©Foraging Behavior of Borneo’s Endemic Brown Barbets

posted in: Feeding-invertebrates | 0

“Five days prior to photographing the record shot of a juvenile Malaysian Honeyguide (Indicator archipelagicus) in Sarawak Borneo LINK, I chanced upon an opportunity and uncommon shot of a female Brown Barbet (Calorhamphus f. fuliginosus) in late rainy September, offering a small, four-legged looking gecko to its young. Perhaps a new food record…? (below left).

“This observation was followed up amidst being swamped by thousands of mosquitoes in the grounds of the Park quarters to a shallow hollow of a tree. What thought to be a nesting cavity at a distance, my photographs showed tree trunk of a decayed hollow, stripped off its bark with wood exposed and deeply embellished. The hollow resembled a deep, lacerated and necrotic opened wound of a limb. It appeared to be well prospected looking at the severity of numerous dimpled cavities pecking have made.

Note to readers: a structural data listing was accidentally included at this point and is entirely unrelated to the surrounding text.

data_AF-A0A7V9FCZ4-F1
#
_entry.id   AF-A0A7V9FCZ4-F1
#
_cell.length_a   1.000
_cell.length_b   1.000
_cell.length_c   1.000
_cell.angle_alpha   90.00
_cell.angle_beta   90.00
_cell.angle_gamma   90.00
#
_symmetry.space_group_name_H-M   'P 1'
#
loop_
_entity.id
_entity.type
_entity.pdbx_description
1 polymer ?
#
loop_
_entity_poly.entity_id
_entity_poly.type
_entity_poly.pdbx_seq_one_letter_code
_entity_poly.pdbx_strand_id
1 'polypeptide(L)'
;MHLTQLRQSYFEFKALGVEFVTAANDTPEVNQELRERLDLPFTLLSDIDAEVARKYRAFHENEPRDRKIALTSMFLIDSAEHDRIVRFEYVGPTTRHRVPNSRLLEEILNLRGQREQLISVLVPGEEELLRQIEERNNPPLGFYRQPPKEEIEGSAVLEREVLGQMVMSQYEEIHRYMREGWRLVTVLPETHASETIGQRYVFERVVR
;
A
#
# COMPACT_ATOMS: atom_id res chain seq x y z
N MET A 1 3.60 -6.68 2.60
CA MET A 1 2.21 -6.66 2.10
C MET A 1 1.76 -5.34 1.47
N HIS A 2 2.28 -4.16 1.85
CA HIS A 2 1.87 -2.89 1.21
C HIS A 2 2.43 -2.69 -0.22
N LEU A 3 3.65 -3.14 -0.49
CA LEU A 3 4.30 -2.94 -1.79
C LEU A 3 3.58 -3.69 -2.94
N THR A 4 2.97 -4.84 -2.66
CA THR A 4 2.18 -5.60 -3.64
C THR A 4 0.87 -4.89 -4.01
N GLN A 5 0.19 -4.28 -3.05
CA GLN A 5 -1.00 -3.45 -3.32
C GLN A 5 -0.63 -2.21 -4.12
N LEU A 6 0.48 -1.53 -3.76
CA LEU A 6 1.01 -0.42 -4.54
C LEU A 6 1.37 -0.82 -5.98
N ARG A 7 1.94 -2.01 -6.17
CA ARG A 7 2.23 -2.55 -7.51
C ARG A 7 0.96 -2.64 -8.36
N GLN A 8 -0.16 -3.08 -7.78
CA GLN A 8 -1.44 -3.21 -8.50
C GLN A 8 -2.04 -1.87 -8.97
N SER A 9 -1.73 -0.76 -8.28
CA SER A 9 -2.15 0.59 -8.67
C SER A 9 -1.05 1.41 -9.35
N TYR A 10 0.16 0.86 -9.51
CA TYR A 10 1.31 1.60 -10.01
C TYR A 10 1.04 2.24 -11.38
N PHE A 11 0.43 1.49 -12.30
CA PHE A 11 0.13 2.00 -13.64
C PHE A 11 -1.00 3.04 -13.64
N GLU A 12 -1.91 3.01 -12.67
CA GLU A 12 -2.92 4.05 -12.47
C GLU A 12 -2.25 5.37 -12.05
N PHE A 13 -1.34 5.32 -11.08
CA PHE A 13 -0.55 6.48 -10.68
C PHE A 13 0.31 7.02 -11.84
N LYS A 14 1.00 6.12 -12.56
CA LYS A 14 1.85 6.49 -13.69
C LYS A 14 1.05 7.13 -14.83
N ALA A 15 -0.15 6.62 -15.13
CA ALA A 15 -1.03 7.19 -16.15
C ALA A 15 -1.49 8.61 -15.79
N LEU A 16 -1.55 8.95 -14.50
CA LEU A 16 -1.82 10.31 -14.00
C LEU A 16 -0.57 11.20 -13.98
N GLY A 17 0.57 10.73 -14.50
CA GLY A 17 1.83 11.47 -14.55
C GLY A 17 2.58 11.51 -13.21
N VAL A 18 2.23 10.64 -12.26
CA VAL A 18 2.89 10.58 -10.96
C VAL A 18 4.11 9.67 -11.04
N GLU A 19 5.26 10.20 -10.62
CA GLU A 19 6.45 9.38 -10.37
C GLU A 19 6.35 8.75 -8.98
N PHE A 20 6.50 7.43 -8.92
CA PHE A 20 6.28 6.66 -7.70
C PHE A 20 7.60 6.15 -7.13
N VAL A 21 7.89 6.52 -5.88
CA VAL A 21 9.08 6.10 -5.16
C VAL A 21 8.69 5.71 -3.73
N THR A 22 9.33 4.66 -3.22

“Foraging behaviors of Brown Barbets are quite different from other frugivorous barbets for this species are also insectivores known for hunting insects amongst tree trunks.

“A male was seen probing into the hollow and then brought out material or cache and deposited its contents on his left side (above right). This was repeated twice before he reached out and broke a piece of remnant bark with his beak (above).

“This observation was followed by a lot of whistle-like calling by the male. The parental female soon appeared to pick up the deposits under the watchful eye of the male. Both then flew to their awaiting chick (below left).

“Fledglings of Barbet species observed tend to be robust in size and independently flighty. I would put this chick observed fleeting its wings for feeds to be less than a week old (above right).

“Breeding Brown are known to bore nesting holes in active ant or termite nests.
Hypothetically in Borneo, they are also highly suspects as brood hosts to parasitic chicks of honeyguides.”

AvianWriter Daisy O’Neill
Penang, Malaysia
Optics used: Fieldscope ED82+30x+Digital camera P3. B-8×42
Copyright images: Daisy O’Neill Bird Conservation Fund

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